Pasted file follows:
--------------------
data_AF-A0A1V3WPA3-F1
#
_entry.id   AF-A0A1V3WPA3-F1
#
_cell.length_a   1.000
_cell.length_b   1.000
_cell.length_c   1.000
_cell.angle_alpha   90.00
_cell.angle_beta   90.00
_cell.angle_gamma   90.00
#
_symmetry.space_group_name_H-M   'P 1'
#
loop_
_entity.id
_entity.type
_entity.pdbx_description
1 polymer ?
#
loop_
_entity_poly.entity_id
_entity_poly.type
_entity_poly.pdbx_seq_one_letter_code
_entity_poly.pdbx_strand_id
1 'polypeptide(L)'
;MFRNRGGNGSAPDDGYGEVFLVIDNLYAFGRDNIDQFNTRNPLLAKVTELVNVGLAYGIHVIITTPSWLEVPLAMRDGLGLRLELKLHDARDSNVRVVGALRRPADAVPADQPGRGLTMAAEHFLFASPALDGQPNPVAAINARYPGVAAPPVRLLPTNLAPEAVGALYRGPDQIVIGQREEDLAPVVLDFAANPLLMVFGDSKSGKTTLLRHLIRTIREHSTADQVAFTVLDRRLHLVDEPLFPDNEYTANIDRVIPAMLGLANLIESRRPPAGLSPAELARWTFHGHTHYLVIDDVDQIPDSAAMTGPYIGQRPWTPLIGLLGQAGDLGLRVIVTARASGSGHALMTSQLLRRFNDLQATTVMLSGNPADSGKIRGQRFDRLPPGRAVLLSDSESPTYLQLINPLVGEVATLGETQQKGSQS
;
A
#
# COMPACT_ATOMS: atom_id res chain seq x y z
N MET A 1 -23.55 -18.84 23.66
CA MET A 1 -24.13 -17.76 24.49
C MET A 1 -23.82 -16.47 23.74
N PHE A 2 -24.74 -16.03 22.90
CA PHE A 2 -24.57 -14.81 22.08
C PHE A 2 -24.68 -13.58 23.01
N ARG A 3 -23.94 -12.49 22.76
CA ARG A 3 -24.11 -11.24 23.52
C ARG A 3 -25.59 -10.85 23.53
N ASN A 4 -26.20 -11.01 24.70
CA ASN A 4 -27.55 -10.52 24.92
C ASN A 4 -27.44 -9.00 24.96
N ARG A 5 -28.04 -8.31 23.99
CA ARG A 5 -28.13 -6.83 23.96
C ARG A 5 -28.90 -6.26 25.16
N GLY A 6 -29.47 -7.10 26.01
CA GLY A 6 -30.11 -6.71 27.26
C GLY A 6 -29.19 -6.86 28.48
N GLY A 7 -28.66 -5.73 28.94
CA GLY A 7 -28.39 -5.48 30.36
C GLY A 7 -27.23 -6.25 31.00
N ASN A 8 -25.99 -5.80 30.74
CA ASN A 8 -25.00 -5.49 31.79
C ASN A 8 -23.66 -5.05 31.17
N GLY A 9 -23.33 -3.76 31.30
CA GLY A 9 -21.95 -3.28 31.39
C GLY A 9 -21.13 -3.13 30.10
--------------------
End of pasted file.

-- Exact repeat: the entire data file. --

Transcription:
data_AF-A0A1V3WPA3-F1
#
_entry.id   AF-A0A1V3WPA3-F1
#
_cell.length_a   1.000
_cell.length_b   1.000
_cell.length_c   1.000
_cell.angle_alpha   90.00
_cell.angle_beta   90.00
_cell.angle_gamma   90.00
#
_symmetry.space_group_name_H-M   'P 1'
#
loop_
_entity.id
_entity.type
_entity.pdbx_description
1 polymer ?
#
loop_
_entity_poly.entity_id
_entity_poly.type
_entity_poly.pdbx_seq_one_letter_code
_entity_poly.pdbx_strand_id
1 'polypeptide(L)'
;MFRNRGGNGSAPDDGYGEVFLVIDNLYAFGRDNIDQFNTRNPLLAKVTELVNVGLAYGIHVIITTPSWLEVPLAMRDGLGLRLELKLHDARDSNVRVVGALRRPADAVPADQPGRGLTMAAEHFLFASPALDGQPNPVAAINARYPGVAAPPVRLLPTNLAPEAVGALYRGPDQIVIGQREEDLAPVVLDFAANPLLMVFGDSKSGKTTLLRHLIRTIREHSTADQVAFTVLDRRLHLVDEPLFPDNEYTANIDRVIPAMLGLANLIESRRPPAGLSPAELARWTFHGHTHYLVIDDVDQIPDSAAMTGPYIGQRPWTPLIGLLGQAGDLGLRVIVTARASGSGHALMTSQLLRRFNDLQATTVMLSGNPADSGKIRGQRFDRLPPGRAVLLSDSESPTYLQLINPLVGEVATLGETQQKGSQS
;
A
#
# COMPACT_ATOMS: atom_id res chain seq x y z
N MET A 1 -23.55 -18.84 23.66
CA MET A 1 -24.13 -17.76 24.49
C MET A 1 -23.82 -16.47 23.74
N PHE A 2 -24.74 -16.03 22.90
CA PHE A 2 -24.57 -14.81 22.08
C PHE A 2 -24.68 -13.58 23.01
N ARG A 3 -23.94 -12.49 22.76
CA ARG A 3 -24.11 -11.24 23.52
C ARG A 3 -25.59 -10.85 23.53
N ASN A 4 -26.20 -11.01 24.70
CA ASN A 4 -27.55 -10.52 24.92
C ASN A 4 -27.44 -9.00 24.96
N ARG A 5 -28.04 -8.31 23.99
CA ARG A 5 -28.13 -6.83 23.96
C ARG A 5 -28.90 -6.26 25.16
N GLY A 6 -29.47 -7.10 26.01
CA GLY A 6 -30.11 -6.71 27.26
C GLY A 6 -29.19 -6.86 28.48
N GLY A 7 -28.66 -5.73 28.94
CA GLY A 7 -28.39 -5.48 30.36
C GLY A 7 -27.23 -6.25 31.00
N ASN A 8 -25.99 -5.80 30.74
CA ASN A 8 -25.00 -5.49 31.79
C ASN A 8 -23.66 -5.05 31.17
N GLY A 9 -23.33 -3.76 31.30
CA GLY A 9 -21.95 -3.28 31.39
C GLY A 9 -21.13 -3.13 30.10